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Big Brother or crime fighter? Elbert County says 'no' to license plate readers

Big Brother

By Abhishek Published 2 months ago 3 min read
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Big Brother or crime fighter? Elbert County says 'no' to license plate readers
Photo by Nathan Dumlao on Unsplash

In a clash between personal freedoms and technology-driven public safety, the guys controlling Elbert County's purse strings won.

In May — to the dismay of the Elbert County Sheriff's Office — its own panel of county commissioners became what is likely the first governmental entity in Colorado to challenge the reach of cutting-edge surveillance technology avowed by law enforcement as a powerful crimefighting tool.

In December, the Elbert County Commissioners voted, 3-0, against renewing the contract for the region’s nine Flock Safety brand license plate readers because constant surveillance of passing vehicles is too much "Big Brother" for their comfort.

This is a place where people ought to be able to live freely and enjoy their properties and their lifestyle without being concerned about who’s watching them,” Commissioner Chair Chris Richardson said of constituents in this traditionally conservative county.

It was Richardson who gave the license plate readers (LPRs) a green light a year ago. At the time, he said he was under the impression that he had authorized police dashboard cameras.

But this version of LPR’s, operated by a private Atlanta company called Flock Safety, is actually a high-speed camera on 24/7 watch atop poles on handpicked county roads and busy intersections. Two of these contraptions are placed on nondescript poles at each entrance of a loop, which winds around Elbert county’s biggest attraction — a shopping center anchored by a Walmart.

A few residents interviewed by The Denver Gazette were not aware that the cameras existed and, thus, did not know they were being tracked.

“We have a right to know about them, but I'd like to keep them," said Elbert County resident Robin Hauger, who was eating a McDonald's lunch, parked right across from the loop entrance. She had never noticed the contraption placed across the street, although she had driven past it dozens of times.

In fact, it took months after the cameras were erected in Elbert County before concerned constituents brought the LPRs to the county commissioners’ attention. That’s when Richardson and the rest of the panel started looking into the good versus the bad about them.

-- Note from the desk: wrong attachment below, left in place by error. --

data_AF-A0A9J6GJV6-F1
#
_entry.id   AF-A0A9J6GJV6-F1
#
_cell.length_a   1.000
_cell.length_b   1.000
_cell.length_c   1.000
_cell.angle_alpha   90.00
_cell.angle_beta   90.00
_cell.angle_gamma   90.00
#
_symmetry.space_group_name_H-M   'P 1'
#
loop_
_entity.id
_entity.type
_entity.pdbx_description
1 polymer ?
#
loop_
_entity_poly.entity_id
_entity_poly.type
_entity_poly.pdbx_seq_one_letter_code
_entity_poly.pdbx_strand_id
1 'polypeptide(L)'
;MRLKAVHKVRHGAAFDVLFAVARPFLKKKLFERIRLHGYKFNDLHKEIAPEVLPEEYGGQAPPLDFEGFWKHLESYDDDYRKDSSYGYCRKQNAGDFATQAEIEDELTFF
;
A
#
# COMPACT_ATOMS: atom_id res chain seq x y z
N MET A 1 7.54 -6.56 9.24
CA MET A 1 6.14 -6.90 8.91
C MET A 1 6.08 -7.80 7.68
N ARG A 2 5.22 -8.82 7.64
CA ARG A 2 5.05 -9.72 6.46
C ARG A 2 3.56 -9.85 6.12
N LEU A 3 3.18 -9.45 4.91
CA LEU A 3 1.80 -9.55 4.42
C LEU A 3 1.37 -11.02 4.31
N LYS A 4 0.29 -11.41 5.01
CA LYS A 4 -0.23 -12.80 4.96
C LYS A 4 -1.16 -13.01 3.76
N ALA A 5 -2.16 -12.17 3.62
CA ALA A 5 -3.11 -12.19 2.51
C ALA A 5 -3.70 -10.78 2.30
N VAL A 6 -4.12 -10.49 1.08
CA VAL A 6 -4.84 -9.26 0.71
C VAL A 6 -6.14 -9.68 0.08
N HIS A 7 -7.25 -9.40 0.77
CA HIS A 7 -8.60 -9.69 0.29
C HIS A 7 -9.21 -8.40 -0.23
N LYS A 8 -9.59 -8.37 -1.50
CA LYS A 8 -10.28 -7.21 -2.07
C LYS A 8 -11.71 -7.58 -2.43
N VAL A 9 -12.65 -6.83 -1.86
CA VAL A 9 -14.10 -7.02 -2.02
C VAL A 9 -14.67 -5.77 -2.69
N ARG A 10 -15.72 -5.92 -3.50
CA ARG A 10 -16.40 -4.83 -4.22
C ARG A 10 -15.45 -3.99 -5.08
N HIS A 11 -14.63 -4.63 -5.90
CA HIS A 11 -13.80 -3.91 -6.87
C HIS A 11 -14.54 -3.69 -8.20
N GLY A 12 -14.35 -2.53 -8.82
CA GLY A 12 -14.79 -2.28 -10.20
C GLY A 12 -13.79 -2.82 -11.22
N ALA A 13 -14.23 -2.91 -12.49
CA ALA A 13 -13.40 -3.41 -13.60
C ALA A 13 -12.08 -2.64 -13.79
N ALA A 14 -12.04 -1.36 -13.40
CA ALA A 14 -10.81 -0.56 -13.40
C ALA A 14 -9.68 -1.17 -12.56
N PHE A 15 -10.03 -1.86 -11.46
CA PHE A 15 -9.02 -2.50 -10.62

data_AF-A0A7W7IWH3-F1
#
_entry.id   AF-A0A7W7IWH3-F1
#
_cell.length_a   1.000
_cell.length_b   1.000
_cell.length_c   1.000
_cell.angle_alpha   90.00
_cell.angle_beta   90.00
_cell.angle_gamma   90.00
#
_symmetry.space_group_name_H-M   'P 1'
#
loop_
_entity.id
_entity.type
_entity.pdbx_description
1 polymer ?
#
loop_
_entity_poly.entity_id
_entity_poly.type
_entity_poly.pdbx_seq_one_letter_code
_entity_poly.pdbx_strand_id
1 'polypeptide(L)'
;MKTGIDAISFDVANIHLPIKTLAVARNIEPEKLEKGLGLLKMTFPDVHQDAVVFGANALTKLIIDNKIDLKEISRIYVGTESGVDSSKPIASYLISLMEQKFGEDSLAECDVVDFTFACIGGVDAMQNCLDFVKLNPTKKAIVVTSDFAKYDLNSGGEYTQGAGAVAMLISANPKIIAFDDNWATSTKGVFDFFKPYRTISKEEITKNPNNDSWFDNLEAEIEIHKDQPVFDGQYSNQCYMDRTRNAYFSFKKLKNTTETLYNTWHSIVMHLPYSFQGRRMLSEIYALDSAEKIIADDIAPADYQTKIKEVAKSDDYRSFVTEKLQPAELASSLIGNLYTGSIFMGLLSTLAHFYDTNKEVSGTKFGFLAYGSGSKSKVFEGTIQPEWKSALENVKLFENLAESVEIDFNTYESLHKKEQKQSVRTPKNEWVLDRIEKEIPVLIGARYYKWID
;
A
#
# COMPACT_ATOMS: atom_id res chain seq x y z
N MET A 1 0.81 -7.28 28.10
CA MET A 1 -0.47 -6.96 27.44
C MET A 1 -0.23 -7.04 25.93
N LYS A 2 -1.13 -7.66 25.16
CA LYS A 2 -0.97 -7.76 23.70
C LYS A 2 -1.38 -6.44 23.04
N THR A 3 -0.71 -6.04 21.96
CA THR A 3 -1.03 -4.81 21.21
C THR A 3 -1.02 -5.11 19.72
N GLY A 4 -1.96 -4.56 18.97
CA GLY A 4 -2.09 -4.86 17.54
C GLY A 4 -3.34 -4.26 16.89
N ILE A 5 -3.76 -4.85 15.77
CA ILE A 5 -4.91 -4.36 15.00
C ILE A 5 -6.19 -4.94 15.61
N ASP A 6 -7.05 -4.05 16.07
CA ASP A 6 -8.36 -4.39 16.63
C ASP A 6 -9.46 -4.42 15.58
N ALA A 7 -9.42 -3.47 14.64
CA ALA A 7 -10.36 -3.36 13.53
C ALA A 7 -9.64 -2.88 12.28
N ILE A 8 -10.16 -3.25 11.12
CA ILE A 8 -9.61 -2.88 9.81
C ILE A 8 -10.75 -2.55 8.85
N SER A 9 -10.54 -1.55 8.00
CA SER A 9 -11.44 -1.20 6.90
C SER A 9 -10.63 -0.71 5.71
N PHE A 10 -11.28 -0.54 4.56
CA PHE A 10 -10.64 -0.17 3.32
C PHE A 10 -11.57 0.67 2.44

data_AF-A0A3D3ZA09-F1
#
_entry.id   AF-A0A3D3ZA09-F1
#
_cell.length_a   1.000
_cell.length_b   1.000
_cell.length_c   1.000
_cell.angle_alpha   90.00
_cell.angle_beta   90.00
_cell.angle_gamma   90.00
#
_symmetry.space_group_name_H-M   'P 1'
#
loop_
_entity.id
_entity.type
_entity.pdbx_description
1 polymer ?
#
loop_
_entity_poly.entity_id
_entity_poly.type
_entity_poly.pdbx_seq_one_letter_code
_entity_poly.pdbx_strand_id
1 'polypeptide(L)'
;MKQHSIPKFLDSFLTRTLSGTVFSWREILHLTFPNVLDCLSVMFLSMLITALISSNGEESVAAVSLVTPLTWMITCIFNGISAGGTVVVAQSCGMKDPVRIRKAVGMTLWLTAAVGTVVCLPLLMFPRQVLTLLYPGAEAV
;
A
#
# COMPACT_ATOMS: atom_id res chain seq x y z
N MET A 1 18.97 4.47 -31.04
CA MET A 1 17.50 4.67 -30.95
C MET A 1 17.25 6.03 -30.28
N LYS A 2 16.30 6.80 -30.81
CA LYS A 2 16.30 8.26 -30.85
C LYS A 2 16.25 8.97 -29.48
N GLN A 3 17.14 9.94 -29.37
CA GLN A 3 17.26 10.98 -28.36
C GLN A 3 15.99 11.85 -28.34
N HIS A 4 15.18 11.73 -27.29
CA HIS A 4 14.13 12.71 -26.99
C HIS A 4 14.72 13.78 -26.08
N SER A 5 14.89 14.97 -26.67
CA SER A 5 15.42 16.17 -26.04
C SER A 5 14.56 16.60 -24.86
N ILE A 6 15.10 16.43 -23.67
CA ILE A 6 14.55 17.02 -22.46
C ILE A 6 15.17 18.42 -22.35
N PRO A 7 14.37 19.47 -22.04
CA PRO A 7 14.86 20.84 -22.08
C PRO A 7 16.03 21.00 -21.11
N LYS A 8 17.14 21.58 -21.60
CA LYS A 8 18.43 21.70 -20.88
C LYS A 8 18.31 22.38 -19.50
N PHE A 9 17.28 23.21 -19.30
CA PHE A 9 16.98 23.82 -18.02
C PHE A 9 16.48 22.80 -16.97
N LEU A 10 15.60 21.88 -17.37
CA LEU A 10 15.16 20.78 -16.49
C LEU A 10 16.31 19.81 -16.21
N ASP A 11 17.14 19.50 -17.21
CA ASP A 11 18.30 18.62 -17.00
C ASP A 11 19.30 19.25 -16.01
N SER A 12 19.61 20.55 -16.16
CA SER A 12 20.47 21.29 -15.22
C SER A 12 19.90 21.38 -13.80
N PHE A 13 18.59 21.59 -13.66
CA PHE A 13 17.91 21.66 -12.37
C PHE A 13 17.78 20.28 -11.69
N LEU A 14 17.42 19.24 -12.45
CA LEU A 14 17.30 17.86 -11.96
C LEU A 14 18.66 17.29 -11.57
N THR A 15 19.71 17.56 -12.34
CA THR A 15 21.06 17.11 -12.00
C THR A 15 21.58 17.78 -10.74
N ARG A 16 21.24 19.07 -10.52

Courts have ruled there is no citizens' right-to-privacy on public streets.

In the same room was Elbert County Sheriff Tim Norton, who pleaded with the panel to keep the county’s nine automated sentinels rolling.

“You all know that it’s a widespread county," he said. "You all know that we don’t have that many deputies who can respond in that timely of a manner.”

On any given night, there are only two patrol officers and one sergeant available to patrol Elbert County’s 1,841 square miles.

Sometimes, that number dwindles to one deputy and one sergeant, according to Elbert County Undersheriff Dave Fisher. He said the department currently employs 42 sworn officers, down seven from where it should be.

Fisher advised Flock Safety that its contract is not being renewed. All nine of Elbert County’s cameras will be removed this May.

Last June, a Flock camera alerted on a black Hyundai Accent careening 90-100 miles per hour on Kiowa-Bennett Road and County Road 194 in the middle of the afternoon. Elbert County Sheriffs learned that the vehicle, which had Iowa plates, had been stolen out of Denver. After a dangerous chase, the driver, Brittany Griffin, was arrested on suspicion of second-degree motor vehicle theft, felony vehicle alluding and reckless driving.

Before the cameras, law enforcement caught suspects the old-school way — relying on eyewitness descriptions. But rural areas with miles of wide, open roads present opportunities for joy rides and easy getaways.

We are going to miss more people driving stolen cars in the county who otherwise would have been caught,” said Elbert County Chief District Attorney Eva Wilson.

The loss of the cameras will "tie our hands even more," Sheriff Norton told The Denver Gazette.

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